The sample size was calculated using PASS 2008 (NCSS, LLC. Kaysville, Utah, USA). A preliminary investigation showed that the proportions of patients with no withdrawal movement induced by rocuronium administration after propofol injection in the two treatment groups were 0.312 and 0.590, respectively. Thus, a sample size of 47 patients per group would enable the detection of a significant difference with a power of 80% and an α-coefficient of 0.05. The final sample size in this study was 50 patients per group, after adjustment for a 5% dropout rate. SPSS version 18.0 (SPSS Inc., Chicago, IL, USA) was used for statistical analysis. The data are presented as mean ± SD or number (%) of patients. The groups were compared using the independent t-test or the Mann–Whitney U test for continuous variables depending on the normality of their distributions and the χ2 test or Fisher’s exact test for categorical variables, as appropriate. The correlation between parameters was analyzed using Kendall’s tau-b correlation test.

3. Results

A total of 135 patients were assessed for eligibility, and 35 patients were excluded; 20 did not meet the inclusion criteria and 15 refused to participate. A hundred patients received medication after randomization. Five patients were withdrawn after enrolment due to conversion to open surgery, loss of follow-up, and reexploration for postoperative bleeding (Figure 1).

The differences between the ages, heights, weights, ASA classification, duration of anesthesia, duration of surgery, and the types of surgery of the two groups were not significant (Table 1).


PRi group (n = 48)PRd group (n = 47) value

Age (years)38.4 ± 9.439.2 ± 8.70.67
Height (cm)160.8 ± 3.4160.8 ± 4.10.93
Weight (kg)60.9 ± 7.561.4 ± 7.80.73
ASA (I/II)16 (33.3)/32 (66.7)14 (31.6)/33 (70.2)0.71
Duration of anesthesia (min)66.2 ± 28.667.1 ± 29.60.87
Duration of surgery (min)95.6 ± 29.696.7 ± 29.90.86
Type of surgery0.630
Laparoscopic myomectomy9 (18.8)7 (14.9)
Laparoscopic subtotal hysterectomy7 (14.6)9 (19.1)
Laparoscopic vaginal hysterectomy19 (39.6)13 (27.7)
Laparoscopic vaginal hysterectomy and lymph node dissection6 (12.5)7 (14.9)
Laparoscopic cystectomy7 (14.6)11 (23.4)

Values are expressed as mean ± SD or numbers (%).

The basal BIS and the BIS values of the two groups immediately after propofol injection were not significant. The time to obtain a BIS of <60 was significantly shorter in the PRi group than in the PRd group (). The incidence and severity of PIP of the two groups assessed with VAS were not significant. The grade of the RIWM was significantly reduced in the PRd group than in the PRi group (). The VAS scores for pain at 1, 24, and 48 h after surgery, PCA opioid consumption at 24 and 48 h after surgery, and total opioid consumption for 48 h after surgery of the two groups were not significantly different. Rescue analgesia (with ketorolac or fentanyl), tenderness/redness/hardness of the vein, tenderness and hardness of the vein, and recall (pain or respiratory difficulty) after surgery were not significantly different between the two groups (Table 2).


PRi group (n = 48)PRd group (n = 47) value

Basal BIS95.1 ± 2.795.1 ± 2.80.99
BIS immediately after propofol injection94.9 ± 2.295.0 ± 1.70.96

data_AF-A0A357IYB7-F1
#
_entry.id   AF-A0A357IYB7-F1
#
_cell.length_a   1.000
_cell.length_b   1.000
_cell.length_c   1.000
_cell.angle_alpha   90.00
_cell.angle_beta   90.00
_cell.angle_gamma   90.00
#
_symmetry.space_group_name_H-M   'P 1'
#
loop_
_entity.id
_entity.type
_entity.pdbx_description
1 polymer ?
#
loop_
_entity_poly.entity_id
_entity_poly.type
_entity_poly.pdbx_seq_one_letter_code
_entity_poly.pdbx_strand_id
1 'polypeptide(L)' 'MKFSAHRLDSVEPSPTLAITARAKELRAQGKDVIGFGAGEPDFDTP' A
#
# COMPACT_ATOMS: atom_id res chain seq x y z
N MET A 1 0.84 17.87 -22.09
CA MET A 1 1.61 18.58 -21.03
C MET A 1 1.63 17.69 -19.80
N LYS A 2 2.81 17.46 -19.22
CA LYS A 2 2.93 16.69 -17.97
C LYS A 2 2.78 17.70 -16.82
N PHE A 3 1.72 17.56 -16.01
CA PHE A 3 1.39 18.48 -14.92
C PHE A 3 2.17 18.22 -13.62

Average BIS less than 6057.7 ± 1.757.7 ± 2.20.96
Time to get BIS less than 60 (sec)28.4 ± 5.035.1 ± 4.90.00
The incidence of propofol injection pain25 (52.1)26 (55.3)0.75
VAS for propofol injection pain35.6 ± 12.636.9 ± 14.10.70
The grade of rocuronium-induced withdrawal movement0.019
1 (no withdrawal)15 (31.3)26 (55.3)
2 (wrist withdrawal)0 (0)0 (0)
3 (arm only)22 (45.8)18 (38.3)
4 (generalized movement)11 (22.9)3 (6.4)
VAS for pain at 1 hr after surgery43.5 ± 11.942.1 ± 9.80.53
VAS for pain at 24 hr after surgery35.4 ± 12.032.6 ± 8.50.18
VAS for pain at 48 h after surgery24.4 ± 10.121.7 ± 7.00.14
PCA opioid consumption at 24 h after surgery52.7 ± 4.051.6 ± 3.80.14
PCA opioid consumption at 48 h after surgery50.5 ± 2.849.8 ± 2.20.20
Total PCA opioid consumption for 48 h after surgery103.1 ± 6.3100.3 ± 9.50.10
Rescue analgesics0.30
Ketorolac19 (39.6)25 (53.2)
Fentanyl26 (54.2)18 (38.3)
Complications on vein
Tenderness3 (6.3)1 (2.1)0.32
Redness4 (6.3)2 (4.3)0.41
Hardness1 (2.1)0 (0)0.32
Tenderness and hardness1 (2.1)0 (0)0.32
Recall
Pain/respiratory difficulty5 (10.4)/0 (0)4 (8.5)/0 (0)0.75

Values are expressed as mean ± SD or numbers (%). PCA, patient-controlled analgesia; VAS, visual analog scale.

The correlations between the incidence (r = −0.25, ) and severity (r = −0.22, ) of PIP, assessed with VAS, and the grade of RIWM were weakly negative and significant (Table 3). The correlations between the grade of RIWM and the VAS score for pain at 1 h after surgery (r = 0.41, ), VAS score for pain at 24 h after surgery (r = 0.40, ), VAS scores for pain at 48 h after surgery (r = 0.34, ), or total opioid consumption for 48 h after surgery were moderately positive and significant, but the relationship between the VAS score of PIP and postoperative pain outcomes was negligible (Table 4).


The grade of rocuronium-induced withdrawal movement

The incidence of propofol injection painr = −0.25

VAS for propofol injection painr = −0.22

VAS: visual analog scale.

VAS score for pain at 1 h after surgeryVAS score for pain at 24 h after surgeryVAS score for pain at 48 h after surgeryTotal opioid consumption for 48 h after surgery